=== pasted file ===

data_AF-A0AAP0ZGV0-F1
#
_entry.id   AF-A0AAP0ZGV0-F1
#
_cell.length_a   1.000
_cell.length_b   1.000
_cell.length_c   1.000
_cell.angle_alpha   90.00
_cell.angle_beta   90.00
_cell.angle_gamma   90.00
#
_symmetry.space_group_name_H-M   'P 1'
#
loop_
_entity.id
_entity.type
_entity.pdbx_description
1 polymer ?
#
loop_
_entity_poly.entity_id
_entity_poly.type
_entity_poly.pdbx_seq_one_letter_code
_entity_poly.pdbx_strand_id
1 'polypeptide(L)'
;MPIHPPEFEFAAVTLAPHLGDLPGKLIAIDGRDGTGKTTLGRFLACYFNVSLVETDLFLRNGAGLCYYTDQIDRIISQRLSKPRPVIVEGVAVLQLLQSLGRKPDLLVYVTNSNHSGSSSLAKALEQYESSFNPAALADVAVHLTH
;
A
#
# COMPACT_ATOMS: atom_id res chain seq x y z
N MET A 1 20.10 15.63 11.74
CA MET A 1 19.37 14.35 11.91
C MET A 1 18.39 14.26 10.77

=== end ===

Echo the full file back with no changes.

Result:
data_AF-A0AAP0ZGV0-F1
#
_entry.id   AF-A0AAP0ZGV0-F1
#
_cell.length_a   1.000
_cell.length_b   1.000
_cell.length_c   1.000
_cell.angle_alpha   90.00
_cell.angle_beta   90.00
_cell.angle_gamma   90.00
#
_symmetry.space_group_name_H-M   'P 1'
#
loop_
_entity.id
_entity.type
_entity.pdbx_description
1 polymer ?
#
loop_
_entity_poly.entity_id
_entity_poly.type
_entity_poly.pdbx_seq_one_letter_code
_entity_poly.pdbx_strand_id
1 'polypeptide(L)'
;MPIHPPEFEFAAVTLAPHLGDLPGKLIAIDGRDGTGKTTLGRFLACYFNVSLVETDLFLRNGAGLCYYTDQIDRIISQRLSKPRPVIVEGVAVLQLLQSLGRKPDLLVYVTNSNHSGSSSLAKALEQYESSFNPAALADVAVHLTH
;
A
#
# COMPACT_ATOMS: atom_id res chain seq x y z
N MET A 1 20.10 15.63 11.74
CA MET A 1 19.37 14.35 11.91
C MET A 1 18.39 14.26 10.77